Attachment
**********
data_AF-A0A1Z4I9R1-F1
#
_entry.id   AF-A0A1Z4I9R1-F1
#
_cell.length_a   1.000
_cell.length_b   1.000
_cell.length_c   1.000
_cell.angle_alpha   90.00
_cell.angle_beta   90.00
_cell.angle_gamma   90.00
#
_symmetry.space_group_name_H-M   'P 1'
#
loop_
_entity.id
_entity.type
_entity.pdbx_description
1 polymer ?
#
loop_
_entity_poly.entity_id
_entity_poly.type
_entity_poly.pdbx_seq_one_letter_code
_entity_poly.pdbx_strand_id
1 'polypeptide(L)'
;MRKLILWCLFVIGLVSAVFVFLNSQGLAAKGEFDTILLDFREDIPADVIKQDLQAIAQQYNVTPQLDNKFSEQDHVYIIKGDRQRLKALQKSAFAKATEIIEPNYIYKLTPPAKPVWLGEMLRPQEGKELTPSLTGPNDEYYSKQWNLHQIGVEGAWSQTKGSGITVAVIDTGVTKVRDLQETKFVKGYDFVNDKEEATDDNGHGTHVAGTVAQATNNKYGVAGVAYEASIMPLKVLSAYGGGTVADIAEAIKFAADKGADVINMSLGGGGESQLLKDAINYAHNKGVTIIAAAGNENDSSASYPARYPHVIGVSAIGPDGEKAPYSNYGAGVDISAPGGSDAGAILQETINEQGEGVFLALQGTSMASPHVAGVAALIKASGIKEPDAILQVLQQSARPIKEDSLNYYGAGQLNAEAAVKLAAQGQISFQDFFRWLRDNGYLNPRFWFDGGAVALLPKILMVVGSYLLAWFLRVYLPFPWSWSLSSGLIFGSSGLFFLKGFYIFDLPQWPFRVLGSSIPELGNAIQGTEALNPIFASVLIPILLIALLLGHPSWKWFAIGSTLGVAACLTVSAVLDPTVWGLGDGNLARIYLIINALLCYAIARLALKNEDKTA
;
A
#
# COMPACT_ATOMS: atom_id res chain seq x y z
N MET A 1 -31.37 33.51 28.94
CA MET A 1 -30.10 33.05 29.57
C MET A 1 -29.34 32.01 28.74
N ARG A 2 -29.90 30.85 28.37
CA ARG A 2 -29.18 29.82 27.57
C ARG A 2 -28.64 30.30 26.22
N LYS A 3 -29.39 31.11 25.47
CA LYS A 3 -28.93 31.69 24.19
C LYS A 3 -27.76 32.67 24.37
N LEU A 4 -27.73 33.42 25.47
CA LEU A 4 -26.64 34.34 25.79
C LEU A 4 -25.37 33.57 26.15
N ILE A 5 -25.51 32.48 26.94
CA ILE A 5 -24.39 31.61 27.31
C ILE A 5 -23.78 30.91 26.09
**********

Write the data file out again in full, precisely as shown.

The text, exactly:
data_AF-A0A1Z4I9R1-F1
#
_entry.id   AF-A0A1Z4I9R1-F1
#
_cell.length_a   1.000
_cell.length_b   1.000
_cell.length_c   1.000
_cell.angle_alpha   90.00
_cell.angle_beta   90.00
_cell.angle_gamma   90.00
#
_symmetry.space_group_name_H-M   'P 1'
#
loop_
_entity.id
_entity.type
_entity.pdbx_description
1 polymer ?
#
loop_
_entity_poly.entity_id
_entity_poly.type
_entity_poly.pdbx_seq_one_letter_code
_entity_poly.pdbx_strand_id
1 'polypeptide(L)'
;MRKLILWCLFVIGLVSAVFVFLNSQGLAAKGEFDTILLDFREDIPADVIKQDLQAIAQQYNVTPQLDNKFSEQDHVYIIKGDRQRLKALQKSAFAKATEIIEPNYIYKLTPPAKPVWLGEMLRPQEGKELTPSLTGPNDEYYSKQWNLHQIGVEGAWSQTKGSGITVAVIDTGVTKVRDLQETKFVKGYDFVNDKEEATDDNGHGTHVAGTVAQATNNKYGVAGVAYEASIMPLKVLSAYGGGTVADIAEAIKFAADKGADVINMSLGGGGESQLLKDAINYAHNKGVTIIAAAGNENDSSASYPARYPHVIGVSAIGPDGEKAPYSNYGAGVDISAPGGSDAGAILQETINEQGEGVFLALQGTSMASPHVAGVAALIKASGIKEPDAILQVLQQSARPIKEDSLNYYGAGQLNAEAAVKLAAQGQISFQDFFRWLRDNGYLNPRFWFDGGAVALLPKILMVVGSYLLAWFLRVYLPFPWSWSLSSGLIFGSSGLFFLKGFYIFDLPQWPFRVLGSSIPELGNAIQGTEALNPIFASVLIPILLIALLLGHPSWKWFAIGSTLGVAACLTVSAVLDPTVWGLGDGNLARIYLIINALLCYAIARLALKNEDKTA
;
A
#
# COMPACT_ATOMS: atom_id res chain seq x y z
N MET A 1 -31.37 33.51 28.94
CA MET A 1 -30.10 33.05 29.57
C MET A 1 -29.34 32.01 28.74
N ARG A 2 -29.90 30.85 28.37
CA ARG A 2 -29.18 29.82 27.57
C ARG A 2 -28.64 30.30 26.22
N LYS A 3 -29.39 31.11 25.47
CA LYS A 3 -28.93 31.69 24.19
C LYS A 3 -27.76 32.67 24.37
N LEU A 4 -27.73 33.42 25.47
CA LEU A 4 -26.64 34.34 25.79
C LEU A 4 -25.37 33.57 26.15
N ILE A 5 -25.51 32.48 26.94
CA ILE A 5 -24.39 31.61 27.31
C ILE A 5 -23.78 30.91 26.09